Health & Safety Considerations for Construction Companies

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Running a construction company, whether this is one that works for or in conjunction with the government, or else a private company focusing on roads and other transport links on private land, is a multi-faceted role to say the least.

Health and safety considerations aren’t just a legal concern, but also a moral and ethical one, to ensure your employees can carry out their responsibilities safely and members of the public are never in any kind of danger.

That said, here are some of the key health and safety considerations for construction companies of any size or scope.

Equipment Safety Checks

Contrary to popular beliefs, just because an individual chooses a practical profession with hands-on duties involving heavy machinery and associated equipment, this shouldn’t mean they’re automatically more at risk than if they worked in an office.

It’s your responsibility, both in a moral and a legal sense, to ensure there are thorough and regular checks conducted across any construction site that your business is in charge of and moreover, that there’s also a comprehensive maintenance structure in place.

Spend Time Focusing on At-Risk Areas

Amber flashing lights are absolutely essential for any vehicles working on public roads or construction sites that are near, or even on, public locations and are also necessary when larger than average loads are being transported via motorways.

Focusing on at-risk areas within the construction site itself is of optimum priority and from night-time work being carried out on a public highway to workers being suspended from heights, health and safety becomes a life and death consideration.

In the case from falling from heights, for example, safeguards and PPE (Personal Protective Equipment) should be supplied such as toe boards, helmets, heavy-duty work boots, screens, nets, and safety harnesses.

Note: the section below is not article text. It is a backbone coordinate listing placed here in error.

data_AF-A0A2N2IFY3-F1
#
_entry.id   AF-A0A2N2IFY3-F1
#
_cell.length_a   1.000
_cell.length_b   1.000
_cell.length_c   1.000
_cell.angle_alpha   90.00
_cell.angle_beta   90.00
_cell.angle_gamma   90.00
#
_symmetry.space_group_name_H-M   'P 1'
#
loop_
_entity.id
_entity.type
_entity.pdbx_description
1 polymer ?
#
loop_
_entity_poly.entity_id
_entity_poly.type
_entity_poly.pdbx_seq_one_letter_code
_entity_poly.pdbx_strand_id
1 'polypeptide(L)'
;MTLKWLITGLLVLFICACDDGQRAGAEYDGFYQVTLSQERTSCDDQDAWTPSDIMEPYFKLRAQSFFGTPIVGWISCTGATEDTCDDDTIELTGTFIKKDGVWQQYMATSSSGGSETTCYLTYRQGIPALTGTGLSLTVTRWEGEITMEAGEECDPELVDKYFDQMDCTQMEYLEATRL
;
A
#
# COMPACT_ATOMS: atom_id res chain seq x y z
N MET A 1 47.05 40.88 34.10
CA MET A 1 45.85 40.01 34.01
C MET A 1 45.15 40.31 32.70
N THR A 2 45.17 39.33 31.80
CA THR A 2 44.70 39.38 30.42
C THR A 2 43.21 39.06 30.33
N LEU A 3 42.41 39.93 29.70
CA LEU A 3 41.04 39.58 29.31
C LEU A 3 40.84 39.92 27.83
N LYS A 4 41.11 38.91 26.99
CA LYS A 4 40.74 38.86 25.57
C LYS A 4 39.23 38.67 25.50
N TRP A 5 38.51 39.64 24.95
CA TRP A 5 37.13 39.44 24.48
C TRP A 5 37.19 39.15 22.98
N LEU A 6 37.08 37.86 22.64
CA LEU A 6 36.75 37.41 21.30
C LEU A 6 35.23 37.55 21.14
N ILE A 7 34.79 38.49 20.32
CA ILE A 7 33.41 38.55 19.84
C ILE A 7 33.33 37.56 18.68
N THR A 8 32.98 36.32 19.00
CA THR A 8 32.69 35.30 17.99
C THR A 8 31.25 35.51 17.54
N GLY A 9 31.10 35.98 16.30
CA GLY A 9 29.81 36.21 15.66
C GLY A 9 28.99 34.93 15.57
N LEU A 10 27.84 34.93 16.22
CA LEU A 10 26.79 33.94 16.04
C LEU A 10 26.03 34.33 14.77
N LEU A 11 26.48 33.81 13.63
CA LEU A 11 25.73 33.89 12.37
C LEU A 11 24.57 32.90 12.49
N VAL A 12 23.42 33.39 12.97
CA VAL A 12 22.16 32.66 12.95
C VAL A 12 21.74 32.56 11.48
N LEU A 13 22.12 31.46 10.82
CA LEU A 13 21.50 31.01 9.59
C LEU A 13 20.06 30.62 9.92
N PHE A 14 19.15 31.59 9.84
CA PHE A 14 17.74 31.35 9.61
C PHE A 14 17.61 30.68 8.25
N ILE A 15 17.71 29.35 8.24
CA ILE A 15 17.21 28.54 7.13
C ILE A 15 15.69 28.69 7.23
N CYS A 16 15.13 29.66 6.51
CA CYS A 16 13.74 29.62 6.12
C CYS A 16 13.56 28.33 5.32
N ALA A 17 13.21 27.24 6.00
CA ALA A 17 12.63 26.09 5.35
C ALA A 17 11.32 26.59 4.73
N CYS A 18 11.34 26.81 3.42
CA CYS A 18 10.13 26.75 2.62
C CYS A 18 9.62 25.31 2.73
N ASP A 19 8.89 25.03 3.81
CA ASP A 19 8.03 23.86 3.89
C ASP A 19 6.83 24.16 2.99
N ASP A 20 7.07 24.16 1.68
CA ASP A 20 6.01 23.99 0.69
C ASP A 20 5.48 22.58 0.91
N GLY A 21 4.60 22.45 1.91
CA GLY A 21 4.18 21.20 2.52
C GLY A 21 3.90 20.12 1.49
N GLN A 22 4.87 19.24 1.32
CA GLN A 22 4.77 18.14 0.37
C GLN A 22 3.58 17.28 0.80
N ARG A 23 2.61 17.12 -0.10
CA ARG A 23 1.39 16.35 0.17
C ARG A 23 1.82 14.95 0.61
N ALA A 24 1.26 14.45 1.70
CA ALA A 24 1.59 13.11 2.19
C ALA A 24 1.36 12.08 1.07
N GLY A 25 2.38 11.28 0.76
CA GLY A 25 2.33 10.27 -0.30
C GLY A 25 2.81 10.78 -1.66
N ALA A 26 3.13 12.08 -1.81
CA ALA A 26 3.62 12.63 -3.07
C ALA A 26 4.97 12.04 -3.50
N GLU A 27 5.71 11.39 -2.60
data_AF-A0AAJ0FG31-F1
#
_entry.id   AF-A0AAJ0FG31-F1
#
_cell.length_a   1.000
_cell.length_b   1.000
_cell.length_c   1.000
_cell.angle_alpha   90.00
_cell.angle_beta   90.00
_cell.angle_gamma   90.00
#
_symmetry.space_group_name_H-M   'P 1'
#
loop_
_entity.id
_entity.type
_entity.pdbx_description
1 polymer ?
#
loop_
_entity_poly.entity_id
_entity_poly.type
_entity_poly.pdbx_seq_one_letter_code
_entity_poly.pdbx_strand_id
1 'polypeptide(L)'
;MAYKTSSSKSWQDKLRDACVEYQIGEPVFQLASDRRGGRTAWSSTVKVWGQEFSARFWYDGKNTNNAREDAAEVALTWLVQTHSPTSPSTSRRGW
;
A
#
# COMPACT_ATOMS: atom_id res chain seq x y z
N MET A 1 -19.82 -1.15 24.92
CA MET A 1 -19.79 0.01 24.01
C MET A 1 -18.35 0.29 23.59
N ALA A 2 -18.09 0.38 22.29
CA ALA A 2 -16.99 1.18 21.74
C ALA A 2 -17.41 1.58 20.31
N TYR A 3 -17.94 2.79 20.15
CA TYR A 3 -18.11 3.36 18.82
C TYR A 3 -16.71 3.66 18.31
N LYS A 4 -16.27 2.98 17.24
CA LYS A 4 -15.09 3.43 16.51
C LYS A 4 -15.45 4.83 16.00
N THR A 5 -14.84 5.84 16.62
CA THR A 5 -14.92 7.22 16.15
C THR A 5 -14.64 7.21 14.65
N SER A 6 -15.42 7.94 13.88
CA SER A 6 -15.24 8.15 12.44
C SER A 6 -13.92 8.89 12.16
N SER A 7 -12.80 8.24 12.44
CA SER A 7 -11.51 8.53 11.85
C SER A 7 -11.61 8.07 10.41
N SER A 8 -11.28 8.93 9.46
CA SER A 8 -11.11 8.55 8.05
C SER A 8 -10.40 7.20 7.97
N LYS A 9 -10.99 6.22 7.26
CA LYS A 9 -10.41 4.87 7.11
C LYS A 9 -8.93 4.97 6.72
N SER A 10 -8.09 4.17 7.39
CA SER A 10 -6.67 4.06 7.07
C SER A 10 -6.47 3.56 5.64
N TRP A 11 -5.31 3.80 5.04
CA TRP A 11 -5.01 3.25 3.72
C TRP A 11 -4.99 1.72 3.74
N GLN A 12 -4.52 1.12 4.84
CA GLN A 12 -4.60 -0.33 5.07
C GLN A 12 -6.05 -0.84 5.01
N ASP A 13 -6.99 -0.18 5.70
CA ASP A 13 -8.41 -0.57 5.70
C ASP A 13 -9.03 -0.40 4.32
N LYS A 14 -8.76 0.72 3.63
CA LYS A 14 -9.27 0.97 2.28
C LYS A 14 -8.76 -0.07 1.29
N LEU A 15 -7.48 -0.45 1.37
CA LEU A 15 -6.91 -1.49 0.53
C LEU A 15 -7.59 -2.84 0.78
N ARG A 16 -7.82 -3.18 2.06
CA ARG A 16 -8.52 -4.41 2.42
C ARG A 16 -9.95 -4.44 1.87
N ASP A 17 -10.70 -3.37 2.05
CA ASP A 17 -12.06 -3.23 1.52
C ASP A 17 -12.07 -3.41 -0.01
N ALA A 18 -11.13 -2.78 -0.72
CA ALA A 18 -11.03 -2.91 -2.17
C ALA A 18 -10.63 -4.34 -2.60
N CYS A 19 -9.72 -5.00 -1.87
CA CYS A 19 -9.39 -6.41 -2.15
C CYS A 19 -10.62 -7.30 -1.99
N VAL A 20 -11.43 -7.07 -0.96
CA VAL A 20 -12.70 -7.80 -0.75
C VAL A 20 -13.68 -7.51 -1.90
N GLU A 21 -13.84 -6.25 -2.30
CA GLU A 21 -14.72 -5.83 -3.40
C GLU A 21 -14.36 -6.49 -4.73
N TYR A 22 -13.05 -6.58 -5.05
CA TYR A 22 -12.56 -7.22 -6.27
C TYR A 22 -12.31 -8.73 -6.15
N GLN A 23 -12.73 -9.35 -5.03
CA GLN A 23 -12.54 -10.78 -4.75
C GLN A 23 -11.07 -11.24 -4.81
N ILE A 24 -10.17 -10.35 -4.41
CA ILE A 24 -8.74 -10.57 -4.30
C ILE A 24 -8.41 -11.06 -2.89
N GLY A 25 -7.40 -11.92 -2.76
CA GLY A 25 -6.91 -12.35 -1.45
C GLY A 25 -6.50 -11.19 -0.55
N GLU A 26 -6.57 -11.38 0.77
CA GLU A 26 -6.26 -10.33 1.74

Your Employees’ Mental Health

These days and frankly, not before time, far more importance and recognition are being attributed to the emotional health and well-being of construction workers and this is something your company should fully embrace.

A published report from the HSE (Health and Safety Executive) found that approximately twenty thousand workers reported stress, anxiety, or depression within the construction sector in a three-year period, which accounts for over a quarter of health issues within the industry.

Cultivating a healthy and open working environment, ensuring that employees are treated with respect and consideration at all times, and holding one-to-one progress meetings with each member of the team are all constructive ways to help.

Risk Assessments Should be the Norm

Finally, risk assessments are tasks that, unfortunately, are often quickly ran completed, or even forgotten, when construction companies are working to tight deadlines with limited staff, and as such, some serious accidents and injuries could be avoided.

Risk assessments are even more crucial as soon as a new construction project commences and the entire site should be checked for any existing or potential hazards or issues, which should all be entirely eradicated before work begins.

Regular refresher training on safe working practices for each and every one of your construction workers is also strongly advised.

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